Why goals? Obviously you’ve got the goal to “get hired.” However, to get hired you need to be more specific. This is where the quality of the job search comes into play. If you apply to 100 jobs a week there is no way that you’ve got the time or clarity to connect yourself to the goal of each specific employer. If you want to get hired and get a job that meets your values, strengths, and needs, you need a clear goal or target job.
Where to go to find clarity?
To clarify your values and strengths you can think about what motivates you to achieve. You can recall times in your life that you’ve been lost in your work — when you’ve hit those moments of flow — what were you doing? How were you doing it?
You can also take a handful of surveys that can reflect back to you what makes you unique. Sometimes people take these surveys as just fun things to do, without recognizing their importance to our life.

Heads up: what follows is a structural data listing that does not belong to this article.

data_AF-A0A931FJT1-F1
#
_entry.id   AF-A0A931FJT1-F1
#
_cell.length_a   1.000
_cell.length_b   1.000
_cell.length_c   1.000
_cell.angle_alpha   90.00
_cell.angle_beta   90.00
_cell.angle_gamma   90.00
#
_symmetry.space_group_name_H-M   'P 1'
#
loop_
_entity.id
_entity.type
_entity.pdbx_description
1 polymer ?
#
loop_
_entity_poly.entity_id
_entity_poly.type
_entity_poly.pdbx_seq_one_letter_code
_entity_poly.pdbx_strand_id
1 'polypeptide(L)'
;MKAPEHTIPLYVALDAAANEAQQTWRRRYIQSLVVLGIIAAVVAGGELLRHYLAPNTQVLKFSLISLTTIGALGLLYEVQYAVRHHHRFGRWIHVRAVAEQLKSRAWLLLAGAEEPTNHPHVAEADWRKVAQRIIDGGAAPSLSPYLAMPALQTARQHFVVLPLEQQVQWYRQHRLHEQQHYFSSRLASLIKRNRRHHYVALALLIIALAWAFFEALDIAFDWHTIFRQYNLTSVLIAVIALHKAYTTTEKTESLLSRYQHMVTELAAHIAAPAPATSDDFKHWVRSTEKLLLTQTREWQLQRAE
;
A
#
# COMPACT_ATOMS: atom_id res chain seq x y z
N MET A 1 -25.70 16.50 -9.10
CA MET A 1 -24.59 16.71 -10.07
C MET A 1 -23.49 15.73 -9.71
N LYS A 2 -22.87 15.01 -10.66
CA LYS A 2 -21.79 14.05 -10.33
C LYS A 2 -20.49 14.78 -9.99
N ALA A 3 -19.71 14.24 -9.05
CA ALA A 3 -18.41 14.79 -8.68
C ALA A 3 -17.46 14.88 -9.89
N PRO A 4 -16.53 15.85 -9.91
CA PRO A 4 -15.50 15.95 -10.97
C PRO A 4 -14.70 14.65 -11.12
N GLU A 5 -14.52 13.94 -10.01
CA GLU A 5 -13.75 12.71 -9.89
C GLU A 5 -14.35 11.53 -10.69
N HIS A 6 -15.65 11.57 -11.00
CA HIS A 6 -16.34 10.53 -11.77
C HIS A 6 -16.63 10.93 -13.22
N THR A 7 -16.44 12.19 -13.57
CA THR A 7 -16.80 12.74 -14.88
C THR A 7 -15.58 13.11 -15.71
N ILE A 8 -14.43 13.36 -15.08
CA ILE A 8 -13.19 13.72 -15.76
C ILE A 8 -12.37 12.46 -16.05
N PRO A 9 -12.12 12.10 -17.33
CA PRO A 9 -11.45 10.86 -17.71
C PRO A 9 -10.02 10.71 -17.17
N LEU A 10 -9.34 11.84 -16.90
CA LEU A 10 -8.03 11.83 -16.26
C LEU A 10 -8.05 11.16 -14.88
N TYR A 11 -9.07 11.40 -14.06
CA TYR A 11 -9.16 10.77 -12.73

This happens because it’s easy to assume that everyone thinks and works like us. We may incorrectly assume that what you value is important to others. Or we may assume that certain skills that come to us naturally are easy for everyone. In fact, when we make these assumptions we often undercut ourselves and at the same time get ourselves into situations that are not a good fit for us.
The following are the go-to surveys that I leverage to support my clients to clarify their values and strengths:
VIA Character Strengths (Values in Action — link to free survey)
If you want to get out of a toxic work environment or are looking to pivot this survey can help you to understand how you work and the type of people who want to work with.
Core Values (Link to free PDF list of core values)
If you are a manager or in a position of responsibility, in a role where you want to make an impact I recommend also identifying your top 5 to 7 motivating core values. (When working with clients one-on-one we discuss this in more detail.)
Clifton: Your Talents & Strengths (This is an affiliate link for the book (or Kindle) on Amazon – make sure you buy a new copy to get the code for the online test.)